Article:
For Hegel, neither pure Understanding — which excels in clarity, utility, and systematic development but tends toward dogmatism — nor a skeptically inclined Dialectic, whose movement undoes everything that is apparently solid — is adequate to characterize what he wants to call Thought. Thought ought to involve a sort of Aristotelian mean that combines the insights of both.

Hegel writes, “Skepticism is the realization of that of which Stoicism is merely the notion, and is the actual experience of what freedom of thought is…. [I]ndependent existence or permanent determinateness has, in contrast to that reflexion, dropped as a matter of fact out of the infinitude of thought” (Baillie trans., p. 246). “Skeptical self-consciousness thus discovers, in the flux and alternation of all that would stand secure in its presence, its own freedom, as given by and received from its own self…. [This] consciousness itself is thoroughgoing dialectical restlessness, this melée of presentations derived from sense and thought, whose differences collapse into oneness, and whose identity is similarly again resolved and dissolved…. This consciousness, however, as a matter of fact, instead of being a self-same consciousness, is here neither more nor less than an entirely fortuitous embroglio, the giddy whirl of a perpetually self-creating disorder” (pp. 248-249).

Harris comments, “[T]he Stoics had to be taught by the Sceptics that no Vorstellung [representation] (not even that of the great cosmic cycle) could comprehend Erscheinung [appearance]” (Hegel’s Ladder I, p. 393). “[Skepticism] knows that ‘language is truer’… than the simple assumption that truth is the name of an extralinguistic Sache [thing or content]” (ibid).

“The Sceptic ideal is to be untroubled in the face of the sensory flux. Sceptical reason tells us not to worry about what we cannot help” (ibid). But “Far from behaving like one who is undisturbed, [Carneades] enjoys being an active disturber; and on the practical side his life has to be controlled by the felt motive actually present at a given moment” (p. 394). “Achieving ‘suspension of judgment’, by setting whatever contingent arguments one can discern in the whirl against those that someone else offers, is a cheat. The Sceptic lives in the world, and allows himself to be guided by senses which he says we ought not to trust” (ibid).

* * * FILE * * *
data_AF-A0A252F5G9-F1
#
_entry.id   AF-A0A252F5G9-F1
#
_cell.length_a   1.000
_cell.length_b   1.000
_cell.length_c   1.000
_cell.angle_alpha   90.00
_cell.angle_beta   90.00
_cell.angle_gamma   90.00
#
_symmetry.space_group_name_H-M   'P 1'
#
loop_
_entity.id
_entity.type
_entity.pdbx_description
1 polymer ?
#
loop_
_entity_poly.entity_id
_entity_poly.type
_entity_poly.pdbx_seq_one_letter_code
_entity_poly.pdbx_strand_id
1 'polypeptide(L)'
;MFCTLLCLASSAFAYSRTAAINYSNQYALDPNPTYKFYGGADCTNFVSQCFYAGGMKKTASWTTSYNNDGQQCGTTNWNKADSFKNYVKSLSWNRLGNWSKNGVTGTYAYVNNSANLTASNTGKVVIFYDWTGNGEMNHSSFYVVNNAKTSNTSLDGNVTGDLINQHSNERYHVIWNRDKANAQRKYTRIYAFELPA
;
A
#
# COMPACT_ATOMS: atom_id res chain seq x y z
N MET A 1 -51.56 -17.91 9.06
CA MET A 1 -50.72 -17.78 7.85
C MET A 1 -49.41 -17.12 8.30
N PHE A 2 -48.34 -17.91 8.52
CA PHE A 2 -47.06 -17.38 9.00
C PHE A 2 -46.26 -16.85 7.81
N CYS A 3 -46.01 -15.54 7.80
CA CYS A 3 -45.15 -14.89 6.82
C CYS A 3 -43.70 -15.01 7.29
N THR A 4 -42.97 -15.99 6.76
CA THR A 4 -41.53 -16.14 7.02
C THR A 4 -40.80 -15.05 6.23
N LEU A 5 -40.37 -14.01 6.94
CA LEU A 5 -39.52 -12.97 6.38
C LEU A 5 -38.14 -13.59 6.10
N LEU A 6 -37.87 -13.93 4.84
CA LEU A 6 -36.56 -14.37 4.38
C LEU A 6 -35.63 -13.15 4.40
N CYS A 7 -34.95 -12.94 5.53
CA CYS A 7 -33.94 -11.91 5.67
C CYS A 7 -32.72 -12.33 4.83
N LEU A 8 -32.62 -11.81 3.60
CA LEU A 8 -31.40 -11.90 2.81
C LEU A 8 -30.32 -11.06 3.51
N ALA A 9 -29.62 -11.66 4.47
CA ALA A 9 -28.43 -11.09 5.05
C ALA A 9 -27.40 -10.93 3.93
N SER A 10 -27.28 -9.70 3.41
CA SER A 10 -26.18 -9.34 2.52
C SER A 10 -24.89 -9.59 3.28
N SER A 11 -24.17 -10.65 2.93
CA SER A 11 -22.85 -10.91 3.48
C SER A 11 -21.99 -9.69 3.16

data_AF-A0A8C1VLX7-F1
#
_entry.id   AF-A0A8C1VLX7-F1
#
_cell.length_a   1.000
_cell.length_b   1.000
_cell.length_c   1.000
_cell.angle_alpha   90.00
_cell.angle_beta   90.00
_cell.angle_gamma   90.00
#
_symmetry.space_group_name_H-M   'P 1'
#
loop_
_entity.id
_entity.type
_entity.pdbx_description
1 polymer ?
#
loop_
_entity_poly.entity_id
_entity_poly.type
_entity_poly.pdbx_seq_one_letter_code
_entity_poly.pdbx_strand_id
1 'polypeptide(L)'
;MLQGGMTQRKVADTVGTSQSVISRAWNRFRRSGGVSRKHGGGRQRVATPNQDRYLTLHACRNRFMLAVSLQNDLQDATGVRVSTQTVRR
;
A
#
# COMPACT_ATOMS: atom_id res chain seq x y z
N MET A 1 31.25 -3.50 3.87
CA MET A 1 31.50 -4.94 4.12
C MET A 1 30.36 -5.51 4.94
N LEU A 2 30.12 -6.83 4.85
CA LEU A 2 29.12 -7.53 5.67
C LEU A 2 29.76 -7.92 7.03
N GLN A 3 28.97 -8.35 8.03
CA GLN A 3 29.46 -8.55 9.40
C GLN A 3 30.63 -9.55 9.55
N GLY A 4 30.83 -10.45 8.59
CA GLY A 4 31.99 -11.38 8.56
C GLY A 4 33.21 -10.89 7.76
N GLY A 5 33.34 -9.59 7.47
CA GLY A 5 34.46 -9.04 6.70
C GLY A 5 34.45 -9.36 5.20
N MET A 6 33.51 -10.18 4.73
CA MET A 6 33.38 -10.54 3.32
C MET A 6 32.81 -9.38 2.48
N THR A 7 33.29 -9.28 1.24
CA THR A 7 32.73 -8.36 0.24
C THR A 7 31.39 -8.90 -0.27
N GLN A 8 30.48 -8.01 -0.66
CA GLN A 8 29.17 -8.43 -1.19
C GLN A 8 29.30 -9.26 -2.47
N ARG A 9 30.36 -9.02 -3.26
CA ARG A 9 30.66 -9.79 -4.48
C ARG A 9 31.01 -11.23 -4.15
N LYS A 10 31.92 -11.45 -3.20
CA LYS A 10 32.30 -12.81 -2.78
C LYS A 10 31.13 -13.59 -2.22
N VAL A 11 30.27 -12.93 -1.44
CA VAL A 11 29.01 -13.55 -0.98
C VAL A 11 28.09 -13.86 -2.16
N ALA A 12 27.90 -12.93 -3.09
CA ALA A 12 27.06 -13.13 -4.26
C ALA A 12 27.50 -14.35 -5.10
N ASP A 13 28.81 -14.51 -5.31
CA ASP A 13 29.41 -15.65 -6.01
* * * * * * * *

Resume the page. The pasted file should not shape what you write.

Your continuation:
“Every effort the Stoic makes to realize his freedom is tantamount to a serf’s fantasy that he really owns the land” (p. 395). “The Sceptic is a laughing sage because he has the Stoic to laugh at. We laugh at both of them” (ibid).

“[The Skeptic] has not recognized that the [self] he identifies with is only a formal ideal by which the concretely actual self can measure itself. Nobody is that ideal self. No finite consciousness can be that self (by definition). There is no Lord walking the earth: not the one that the serf fears; not the Stoic who thinks he is free; and not the Sceptic who knows what thinking is, and what it is not” (p. 396).

Ricoeur on Memory: Orientation

The first part of Memory, History, Forgetting is devoted to the phenomenology of memory.  Husserl’s notion of intentionality – summarized by the dictum that all consciousness is consciousness of something, which Ricoeur here calls “object oriented” and interprets as putting the what before the who – is suggested as a starting point.  “If one wishes to avoid being stymied by a fruitless aporia, then one must hold in abeyance the question of attributing to someone… the act of remembering and begin with the question ‘What?’” (p. 3).  

He notes that Plato bequeathed to posterity an approach to memory (and also imagination) centered on talking about a kind of presence of an absent thing.  Aristotle is credited with clarifying the distinction between this kind of memory and the kind of doing involved in the effort to remember something.  “Memories, by turns found and sought, are… situated at the crossroads of pragmatics and semantics” (p. 4).  It is the pragmatics of recollection that will eventually provide an appropriate transition to the who of memory, but there will also be a difficulty with an inherent potential for a kind of abuse of active recollection, foreshadowed by Plato’s worries about the manipulative discourse of the Sophist.